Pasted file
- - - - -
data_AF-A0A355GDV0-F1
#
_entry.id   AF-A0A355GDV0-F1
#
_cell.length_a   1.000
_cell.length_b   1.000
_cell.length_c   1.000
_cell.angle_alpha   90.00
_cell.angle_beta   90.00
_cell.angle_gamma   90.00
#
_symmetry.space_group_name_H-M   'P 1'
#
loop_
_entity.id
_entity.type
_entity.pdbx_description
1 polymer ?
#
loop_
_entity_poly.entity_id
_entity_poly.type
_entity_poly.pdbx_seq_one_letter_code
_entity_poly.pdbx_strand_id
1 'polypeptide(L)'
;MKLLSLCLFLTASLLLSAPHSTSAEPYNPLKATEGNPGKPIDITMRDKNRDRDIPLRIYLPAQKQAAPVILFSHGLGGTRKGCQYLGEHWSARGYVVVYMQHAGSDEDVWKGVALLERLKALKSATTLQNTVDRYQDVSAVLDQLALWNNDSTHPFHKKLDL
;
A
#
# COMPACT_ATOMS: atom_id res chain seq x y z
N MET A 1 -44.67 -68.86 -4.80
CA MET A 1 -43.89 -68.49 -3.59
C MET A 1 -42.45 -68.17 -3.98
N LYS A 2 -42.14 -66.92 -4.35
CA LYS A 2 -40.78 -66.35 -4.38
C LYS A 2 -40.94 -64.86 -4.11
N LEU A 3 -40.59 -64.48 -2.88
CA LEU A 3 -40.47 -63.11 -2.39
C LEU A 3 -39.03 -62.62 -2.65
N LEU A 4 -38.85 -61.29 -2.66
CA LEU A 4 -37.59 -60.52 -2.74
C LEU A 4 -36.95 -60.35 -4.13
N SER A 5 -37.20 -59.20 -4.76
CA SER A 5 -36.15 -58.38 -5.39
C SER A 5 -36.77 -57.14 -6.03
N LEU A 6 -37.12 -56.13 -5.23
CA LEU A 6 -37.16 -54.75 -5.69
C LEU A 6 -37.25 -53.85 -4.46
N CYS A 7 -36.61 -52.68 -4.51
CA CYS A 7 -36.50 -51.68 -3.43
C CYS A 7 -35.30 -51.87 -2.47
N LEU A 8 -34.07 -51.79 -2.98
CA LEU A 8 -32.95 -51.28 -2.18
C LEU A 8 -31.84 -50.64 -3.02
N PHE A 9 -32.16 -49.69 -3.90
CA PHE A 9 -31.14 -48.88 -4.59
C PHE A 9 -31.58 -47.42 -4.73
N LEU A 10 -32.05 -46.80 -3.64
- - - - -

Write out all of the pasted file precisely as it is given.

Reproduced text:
data_AF-A0A355GDV0-F1
#
_entry.id   AF-A0A355GDV0-F1
#
_cell.length_a   1.000
_cell.length_b   1.000
_cell.length_c   1.000
_cell.angle_alpha   90.00
_cell.angle_beta   90.00
_cell.angle_gamma   90.00
#
_symmetry.space_group_name_H-M   'P 1'
#
loop_
_entity.id
_entity.type
_entity.pdbx_description
1 polymer ?
#
loop_
_entity_poly.entity_id
_entity_poly.type
_entity_poly.pdbx_seq_one_letter_code
_entity_poly.pdbx_strand_id
1 'polypeptide(L)'
;MKLLSLCLFLTASLLLSAPHSTSAEPYNPLKATEGNPGKPIDITMRDKNRDRDIPLRIYLPAQKQAAPVILFSHGLGGTRKGCQYLGEHWSARGYVVVYMQHAGSDEDVWKGVALLERLKALKSATTLQNTVDRYQDVSAVLDQLALWNNDSTHPFHKKLDL
;
A
#
# COMPACT_ATOMS: atom_id res chain seq x y z
N MET A 1 -44.67 -68.86 -4.80
CA MET A 1 -43.89 -68.49 -3.59
C MET A 1 -42.45 -68.17 -3.98
N LYS A 2 -42.14 -66.92 -4.35
CA LYS A 2 -40.78 -66.35 -4.38
C LYS A 2 -40.94 -64.86 -4.11
N LEU A 3 -40.59 -64.48 -2.88
CA LEU A 3 -40.47 -63.11 -2.39
C LEU A 3 -39.03 -62.62 -2.65
N LEU A 4 -38.85 -61.29 -2.66
CA LEU A 4 -37.59 -60.52 -2.74
C LEU A 4 -36.95 -60.35 -4.13
N SER A 5 -37.20 -59.20 -4.76
CA SER A 5 -36.15 -58.38 -5.39
C SER A 5 -36.77 -57.14 -6.03
N LEU A 6 -37.12 -56.13 -5.23
CA LEU A 6 -37.16 -54.75 -5.69
C LEU A 6 -37.25 -53.85 -4.46
N CYS A 7 -36.61 -52.68 -4.51
CA CYS A 7 -36.50 -51.68 -3.43
C CYS A 7 -35.30 -51.87 -2.47
N LEU A 8 -34.07 -51.79 -2.98
CA LEU A 8 -32.95 -51.28 -2.18
C LEU A 8 -31.84 -50.64 -3.02
N PHE A 9 -32.16 -49.69 -3.90
CA PHE A 9 -31.14 -48.88 -4.59
C PHE A 9 -31.58 -47.42 -4.73
N LEU A 10 -32.05 -46.80 -3.64